Thursday, April 26, 2012

10 Things You Can (And Probably Should) Live Without

Shutterstock image by Tischenko Irina

Not everyone will agree with this list, and that's ok. I'm not here to make you feel bad about your choices, only to think about ways to simplify your life, save money, prioritize your time, and decrease your environmental impact on our planet. We all hold onto little luxuries that we don't want to give up (mine happens to be that one morning cup of coffee with real half and half and two teaspoons of sugar). We all can do better in the small daily choices we make. Over time small things can have a big impact. And if you have anything else to add to the list, feel free to leave me a comment below. I would love to hear your thoughts. Plus, there is probably something in my daily life I should give up that hasn't even occurred to me yet :)

10 Things You Can Live Without:

  1. Paper Towels. It is just as easy to reach for a reusable cloth towel and you save a bit on your grocery bill. I use worn out bath towels, dish towels, and cotton bed sheets cut down to size so I am recycling and not spending money on anything special. And if you hang them outside on a line to dry, the energy it takes to wash them is minimal.
  2. TV. Yes, you can live without it. I haven't had a television in my home in years. I find them to be huge time wasters. Now don't get me wrong. I can fall into other time waste traps like Facebook, but I just don't miss having a television around and I feel like my kids have benefited from it. If we want to watch a movie at home we do so on the computer. No big deal. I was also quite happy not to have to deal with all the added expense and hype about the switch to digital TV.
  3. Soda. Very rarely do I buy soda. Soda is simply just not good for you. It increases your chances of obesity and diabetes. I have taken to drinking water with a slice of lemon or homemade flavored water such as the spa water recipe I posted a few days ago: Cucumber Spa Water
  4. Fast food. It usually constitutes a major emergency or poor planning if I stop at a fast food restaurant, or quite usually both. But we all know fast food is not healthy for us and not just because it is usually full of calories and high in sodium and sugar. Its not good for our well being to eat on the run and the conditions fast food is prepared under can be horrid.
  5. Anything prepackaged for convenience. It really doesn't take that much more of your time to buy larger sizes and then divide in reusable containers. It saves your wallet and its better for the environment.
  6. Credit cards. We are no doubt a nation of debt. I, too, have fallen into that trap and am digging my way out of it. Make a point of carrying a set amount of cash with you for emergency purchases and simply use your bank issued ATM card for everything else. No spending money you don't have and no debt owed at high interests rates. No handing our money over to a system just about everyone agrees is corrupt.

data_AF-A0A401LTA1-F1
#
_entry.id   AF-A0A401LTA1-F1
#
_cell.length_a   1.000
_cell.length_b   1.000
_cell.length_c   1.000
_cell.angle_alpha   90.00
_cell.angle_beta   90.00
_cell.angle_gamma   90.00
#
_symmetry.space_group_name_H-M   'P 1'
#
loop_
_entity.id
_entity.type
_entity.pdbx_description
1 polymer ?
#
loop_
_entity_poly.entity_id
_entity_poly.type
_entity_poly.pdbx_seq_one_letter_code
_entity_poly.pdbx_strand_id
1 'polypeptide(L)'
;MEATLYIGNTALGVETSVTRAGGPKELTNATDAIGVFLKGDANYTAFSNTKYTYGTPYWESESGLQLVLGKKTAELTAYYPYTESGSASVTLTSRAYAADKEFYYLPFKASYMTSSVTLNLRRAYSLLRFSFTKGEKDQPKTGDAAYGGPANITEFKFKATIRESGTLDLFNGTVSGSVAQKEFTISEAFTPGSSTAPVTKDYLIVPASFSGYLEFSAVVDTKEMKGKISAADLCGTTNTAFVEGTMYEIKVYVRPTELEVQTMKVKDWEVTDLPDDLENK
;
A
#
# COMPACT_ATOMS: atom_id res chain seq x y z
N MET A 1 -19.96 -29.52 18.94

7. Buying New. You can save a lot of money going to thrift stores and garage sales, or even by getting things for free off of networks like I buy all my jeans for about $7-9 a piece at our local thrift store and they usually have plenty of wear. I recently got a table for free that I painted with paint I bought at the Habitat for Humanity ReStore for under $3. Garage and yard sales are great places to find used furniture and baby items. I usually avoid buying shoes unless they look hardly worn and avoid things like swimwear and intimate items. 
  8. Your Morning Stop at Starbucks. Starbucks is a treat for me, a very rare occasion. Instead, I save money and time by using my little one cup coffee press and making my own. I love my coffee press and it is so easy to use. I heat up a mug of water in the microwave, add my coffee grounds to the press, pour in the water, and get breakfast ready for the boys while it brews. Simple. I could cut back on the sugar and half and half but I just haven't been able to learn to drink it black.
  9. Paper plates, plastic silverware and cups. Buy reusable and you'll do less damage to the environment and save money over time.
  10. Regrets. We all make mistakes but we can't dwell on them or let them eat us up. We spend more than we should. We say things we shouldn't. But they are lessons to be learned. We need to stop being so hard on ourselves, myself included.


  1. This is great, and I agree with most; however, I don't agree with number 5. If you are single, or even just two people, it isn't always best to buy larger quantities. Most of the time it is impossible to consume the larger quantities before they go bad. If it goes bad, that is just money and resources wasted. Sometimes it is best to purchase only what can be consumed.

  2. Thanks for your comment. Yes, I see your point. It does depend on how large the larger quantity is or how perishable the product. It is just me and my two boys so I'm not going to buy an institutional sized item because it will go bad before we eat it all, but a lot of snack items can be purchased in regular bags instead of the snack packs and this is both better for the environment and often cheaper, though sometimes you have to watch the price too.